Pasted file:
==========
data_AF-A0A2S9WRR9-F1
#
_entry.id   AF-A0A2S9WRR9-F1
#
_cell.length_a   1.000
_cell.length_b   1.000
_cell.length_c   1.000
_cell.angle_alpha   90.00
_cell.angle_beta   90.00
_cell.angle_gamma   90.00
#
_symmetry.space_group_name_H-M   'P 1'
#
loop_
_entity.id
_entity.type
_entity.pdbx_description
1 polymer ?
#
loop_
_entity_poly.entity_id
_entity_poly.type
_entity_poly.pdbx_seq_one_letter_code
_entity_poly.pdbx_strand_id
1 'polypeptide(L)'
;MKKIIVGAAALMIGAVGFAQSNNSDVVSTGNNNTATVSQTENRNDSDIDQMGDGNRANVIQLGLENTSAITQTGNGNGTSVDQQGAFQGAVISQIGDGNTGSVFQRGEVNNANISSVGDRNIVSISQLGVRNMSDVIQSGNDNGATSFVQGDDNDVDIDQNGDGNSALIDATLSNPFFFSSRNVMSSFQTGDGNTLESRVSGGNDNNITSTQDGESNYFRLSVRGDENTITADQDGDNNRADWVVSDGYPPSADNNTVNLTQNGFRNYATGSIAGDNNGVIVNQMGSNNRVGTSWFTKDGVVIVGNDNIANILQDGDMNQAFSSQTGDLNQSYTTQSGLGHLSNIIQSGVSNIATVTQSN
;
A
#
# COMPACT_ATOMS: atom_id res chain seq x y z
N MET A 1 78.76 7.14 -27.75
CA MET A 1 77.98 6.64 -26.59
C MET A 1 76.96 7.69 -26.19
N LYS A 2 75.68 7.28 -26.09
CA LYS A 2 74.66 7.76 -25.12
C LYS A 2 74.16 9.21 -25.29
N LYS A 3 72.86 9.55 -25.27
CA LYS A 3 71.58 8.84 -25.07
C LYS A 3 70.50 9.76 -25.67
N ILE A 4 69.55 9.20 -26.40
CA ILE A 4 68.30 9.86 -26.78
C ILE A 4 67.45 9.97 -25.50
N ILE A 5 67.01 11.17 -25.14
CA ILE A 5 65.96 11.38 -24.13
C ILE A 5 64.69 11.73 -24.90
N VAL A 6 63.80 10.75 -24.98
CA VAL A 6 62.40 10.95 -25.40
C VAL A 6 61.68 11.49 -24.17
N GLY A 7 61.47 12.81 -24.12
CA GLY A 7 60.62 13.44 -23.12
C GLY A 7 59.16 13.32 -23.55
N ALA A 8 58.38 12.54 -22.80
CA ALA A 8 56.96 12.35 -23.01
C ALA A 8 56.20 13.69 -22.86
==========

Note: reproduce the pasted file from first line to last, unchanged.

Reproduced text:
data_AF-A0A2S9WRR9-F1
#
_entry.id   AF-A0A2S9WRR9-F1
#
_cell.length_a   1.000
_cell.length_b   1.000
_cell.length_c   1.000
_cell.angle_alpha   90.00
_cell.angle_beta   90.00
_cell.angle_gamma   90.00
#
_symmetry.space_group_name_H-M   'P 1'
#
loop_
_entity.id
_entity.type
_entity.pdbx_description
1 polymer ?
#
loop_
_entity_poly.entity_id
_entity_poly.type
_entity_poly.pdbx_seq_one_letter_code
_entity_poly.pdbx_strand_id
1 'polypeptide(L)'
;MKKIIVGAAALMIGAVGFAQSNNSDVVSTGNNNTATVSQTENRNDSDIDQMGDGNRANVIQLGLENTSAITQTGNGNGTSVDQQGAFQGAVISQIGDGNTGSVFQRGEVNNANISSVGDRNIVSISQLGVRNMSDVIQSGNDNGATSFVQGDDNDVDIDQNGDGNSALIDATLSNPFFFSSRNVMSSFQTGDGNTLESRVSGGNDNNITSTQDGESNYFRLSVRGDENTITADQDGDNNRADWVVSDGYPPSADNNTVNLTQNGFRNYATGSIAGDNNGVIVNQMGSNNRVGTSWFTKDGVVIVGNDNIANILQDGDMNQAFSSQTGDLNQSYTTQSGLGHLSNIIQSGVSNIATVTQSN
;
A
#
# COMPACT_ATOMS: atom_id res chain seq x y z
N MET A 1 78.76 7.14 -27.75
CA MET A 1 77.98 6.64 -26.59
C MET A 1 76.96 7.69 -26.19
N LYS A 2 75.68 7.28 -26.09
CA LYS A 2 74.66 7.76 -25.12
C LYS A 2 74.16 9.21 -25.29
N LYS A 3 72.86 9.55 -25.27
CA LYS A 3 71.58 8.84 -25.07
C LYS A 3 70.50 9.76 -25.67
N ILE A 4 69.55 9.20 -26.40
CA ILE A 4 68.30 9.86 -26.78
C ILE A 4 67.45 9.97 -25.50
N ILE A 5 67.01 11.17 -25.14
CA ILE A 5 65.96 11.38 -24.13
C ILE A 5 64.69 11.73 -24.90
N VAL A 6 63.80 10.75 -24.98
CA VAL A 6 62.40 10.95 -25.40
C VAL A 6 61.68 11.49 -24.17
N GLY A 7 61.47 12.81 -24.12
CA GLY A 7 60.62 13.44 -23.12
C GLY A 7 59.16 13.32 -23.55
N ALA A 8 58.38 12.54 -22.80
CA ALA A 8 56.96 12.35 -23.01
C ALA A 8 56.20 13.69 -22.86